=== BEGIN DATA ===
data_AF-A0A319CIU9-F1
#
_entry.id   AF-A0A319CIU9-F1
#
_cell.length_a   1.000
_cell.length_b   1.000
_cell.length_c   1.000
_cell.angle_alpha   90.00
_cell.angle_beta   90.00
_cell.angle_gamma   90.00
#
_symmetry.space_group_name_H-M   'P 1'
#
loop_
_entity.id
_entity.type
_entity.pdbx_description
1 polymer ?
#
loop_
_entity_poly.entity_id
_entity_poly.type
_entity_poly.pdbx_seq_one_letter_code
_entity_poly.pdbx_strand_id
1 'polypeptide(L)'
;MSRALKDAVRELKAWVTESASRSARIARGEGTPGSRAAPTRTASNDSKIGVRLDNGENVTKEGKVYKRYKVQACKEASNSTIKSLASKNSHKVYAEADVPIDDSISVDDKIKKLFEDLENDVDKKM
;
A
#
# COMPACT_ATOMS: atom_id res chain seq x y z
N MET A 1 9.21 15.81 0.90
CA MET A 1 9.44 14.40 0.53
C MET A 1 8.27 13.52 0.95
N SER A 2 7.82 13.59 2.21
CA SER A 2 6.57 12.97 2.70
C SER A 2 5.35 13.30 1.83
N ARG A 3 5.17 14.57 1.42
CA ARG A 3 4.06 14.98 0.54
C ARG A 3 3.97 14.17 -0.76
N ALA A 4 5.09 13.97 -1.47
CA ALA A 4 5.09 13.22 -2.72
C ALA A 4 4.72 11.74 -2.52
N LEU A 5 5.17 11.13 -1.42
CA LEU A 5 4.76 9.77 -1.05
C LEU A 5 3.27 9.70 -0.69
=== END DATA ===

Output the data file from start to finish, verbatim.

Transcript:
data_AF-A0A319CIU9-F1
#
_entry.id   AF-A0A319CIU9-F1
#
_cell.length_a   1.000
_cell.length_b   1.000
_cell.length_c   1.000
_cell.angle_alpha   90.00
_cell.angle_beta   90.00
_cell.angle_gamma   90.00
#
_symmetry.space_group_name_H-M   'P 1'
#
loop_
_entity.id
_entity.type
_entity.pdbx_description
1 polymer ?
#
loop_
_entity_poly.entity_id
_entity_poly.type
_entity_poly.pdbx_seq_one_letter_code
_entity_poly.pdbx_strand_id
1 'polypeptide(L)'
;MSRALKDAVRELKAWVTESASRSARIARGEGTPGSRAAPTRTASNDSKIGVRLDNGENVTKEGKVYKRYKVQACKEASNSTIKSLASKNSHKVYAEADVPIDDSISVDDKIKKLFEDLENDVDKKM
;
A
#
# COMPACT_ATOMS: atom_id res chain seq x y z
N MET A 1 9.21 15.81 0.90
CA MET A 1 9.44 14.40 0.53
C MET A 1 8.27 13.52 0.95
N SER A 2 7.82 13.59 2.21
CA SER A 2 6.57 12.97 2.70
C SER A 2 5.35 13.30 1.83
N ARG A 3 5.17 14.57 1.42
CA ARG A 3 4.06 14.98 0.54
C ARG A 3 3.97 14.17 -0.76
N ALA A 4 5.09 13.97 -1.47
CA ALA A 4 5.09 13.22 -2.72
C ALA A 4 4.72 11.74 -2.52
N LEU A 5 5.17 11.13 -1.42
CA LEU A 5 4.76 9.77 -1.05
C LEU A 5 3.27 9.70 -0.69